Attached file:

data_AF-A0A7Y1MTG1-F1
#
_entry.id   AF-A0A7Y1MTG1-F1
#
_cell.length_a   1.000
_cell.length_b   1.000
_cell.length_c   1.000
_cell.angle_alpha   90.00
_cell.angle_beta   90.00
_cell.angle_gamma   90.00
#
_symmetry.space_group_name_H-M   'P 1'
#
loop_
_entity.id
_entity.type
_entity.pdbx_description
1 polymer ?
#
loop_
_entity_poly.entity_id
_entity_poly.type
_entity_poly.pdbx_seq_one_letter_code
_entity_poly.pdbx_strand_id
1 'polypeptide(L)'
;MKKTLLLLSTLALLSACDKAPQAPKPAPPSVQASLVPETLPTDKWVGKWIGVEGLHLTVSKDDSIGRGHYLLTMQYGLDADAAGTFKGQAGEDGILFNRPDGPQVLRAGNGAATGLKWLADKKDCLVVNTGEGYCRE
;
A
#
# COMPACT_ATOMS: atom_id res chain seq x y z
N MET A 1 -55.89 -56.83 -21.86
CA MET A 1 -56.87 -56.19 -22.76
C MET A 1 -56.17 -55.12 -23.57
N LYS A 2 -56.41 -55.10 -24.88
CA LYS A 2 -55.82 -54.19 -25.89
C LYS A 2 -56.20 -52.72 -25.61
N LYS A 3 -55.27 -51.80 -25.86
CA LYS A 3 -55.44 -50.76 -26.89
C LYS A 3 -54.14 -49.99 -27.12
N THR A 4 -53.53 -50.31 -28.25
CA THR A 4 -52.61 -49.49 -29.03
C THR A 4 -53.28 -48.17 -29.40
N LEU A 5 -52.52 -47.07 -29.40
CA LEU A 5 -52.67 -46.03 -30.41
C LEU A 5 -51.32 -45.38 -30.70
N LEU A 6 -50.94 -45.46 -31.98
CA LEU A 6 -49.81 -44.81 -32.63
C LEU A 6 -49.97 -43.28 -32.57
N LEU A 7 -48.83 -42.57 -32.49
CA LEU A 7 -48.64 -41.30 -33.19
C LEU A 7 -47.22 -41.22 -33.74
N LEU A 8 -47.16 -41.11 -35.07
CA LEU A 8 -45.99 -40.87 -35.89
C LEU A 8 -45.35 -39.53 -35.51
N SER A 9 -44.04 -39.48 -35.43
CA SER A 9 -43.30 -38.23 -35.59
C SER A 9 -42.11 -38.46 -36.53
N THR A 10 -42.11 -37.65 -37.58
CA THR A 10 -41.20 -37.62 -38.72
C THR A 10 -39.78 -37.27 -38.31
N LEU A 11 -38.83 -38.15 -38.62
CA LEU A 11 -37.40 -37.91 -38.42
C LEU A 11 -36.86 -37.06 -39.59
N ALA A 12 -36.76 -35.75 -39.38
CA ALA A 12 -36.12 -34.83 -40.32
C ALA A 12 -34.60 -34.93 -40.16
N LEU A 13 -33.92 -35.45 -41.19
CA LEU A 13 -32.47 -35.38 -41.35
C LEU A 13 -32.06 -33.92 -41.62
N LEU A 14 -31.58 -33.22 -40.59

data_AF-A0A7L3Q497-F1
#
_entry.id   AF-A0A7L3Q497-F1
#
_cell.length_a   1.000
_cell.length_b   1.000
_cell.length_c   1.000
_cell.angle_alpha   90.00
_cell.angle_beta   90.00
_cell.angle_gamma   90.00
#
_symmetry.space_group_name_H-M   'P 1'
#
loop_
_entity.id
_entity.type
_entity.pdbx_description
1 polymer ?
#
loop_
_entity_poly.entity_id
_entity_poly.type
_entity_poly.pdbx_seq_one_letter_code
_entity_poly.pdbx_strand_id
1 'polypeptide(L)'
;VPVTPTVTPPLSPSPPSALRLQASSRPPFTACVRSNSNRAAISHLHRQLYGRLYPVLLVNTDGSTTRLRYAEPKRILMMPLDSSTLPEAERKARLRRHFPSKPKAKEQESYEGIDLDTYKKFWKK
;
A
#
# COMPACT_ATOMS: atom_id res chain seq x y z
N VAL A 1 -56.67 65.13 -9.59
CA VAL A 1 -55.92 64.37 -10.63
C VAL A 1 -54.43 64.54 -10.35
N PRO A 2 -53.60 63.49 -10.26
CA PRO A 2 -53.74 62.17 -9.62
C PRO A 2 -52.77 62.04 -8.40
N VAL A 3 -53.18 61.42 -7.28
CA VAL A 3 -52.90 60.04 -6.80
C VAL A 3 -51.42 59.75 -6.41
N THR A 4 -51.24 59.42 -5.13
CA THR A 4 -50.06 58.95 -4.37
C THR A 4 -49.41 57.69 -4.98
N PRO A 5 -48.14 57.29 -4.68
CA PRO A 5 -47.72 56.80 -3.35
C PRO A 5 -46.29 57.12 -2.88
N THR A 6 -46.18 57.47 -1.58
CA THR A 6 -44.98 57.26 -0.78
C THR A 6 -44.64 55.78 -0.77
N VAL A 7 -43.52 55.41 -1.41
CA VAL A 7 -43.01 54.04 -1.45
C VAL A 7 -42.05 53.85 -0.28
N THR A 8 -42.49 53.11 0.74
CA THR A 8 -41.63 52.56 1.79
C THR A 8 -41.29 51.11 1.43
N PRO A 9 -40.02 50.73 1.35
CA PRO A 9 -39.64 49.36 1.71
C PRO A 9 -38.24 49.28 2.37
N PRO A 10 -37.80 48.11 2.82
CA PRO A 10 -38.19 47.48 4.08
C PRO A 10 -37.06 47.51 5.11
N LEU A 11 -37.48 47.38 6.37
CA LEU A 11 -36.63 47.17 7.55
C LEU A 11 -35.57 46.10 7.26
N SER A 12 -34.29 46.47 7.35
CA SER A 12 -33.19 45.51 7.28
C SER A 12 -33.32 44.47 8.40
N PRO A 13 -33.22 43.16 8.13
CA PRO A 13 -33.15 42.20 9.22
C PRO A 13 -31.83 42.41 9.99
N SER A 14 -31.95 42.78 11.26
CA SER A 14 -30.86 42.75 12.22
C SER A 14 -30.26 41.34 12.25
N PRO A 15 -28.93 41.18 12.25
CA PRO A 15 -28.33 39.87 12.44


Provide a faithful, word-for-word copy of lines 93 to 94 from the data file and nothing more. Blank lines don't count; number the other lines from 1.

_entity_poly.pdbx_seq_one_letter_code
_entity_poly.pdbx_strand_id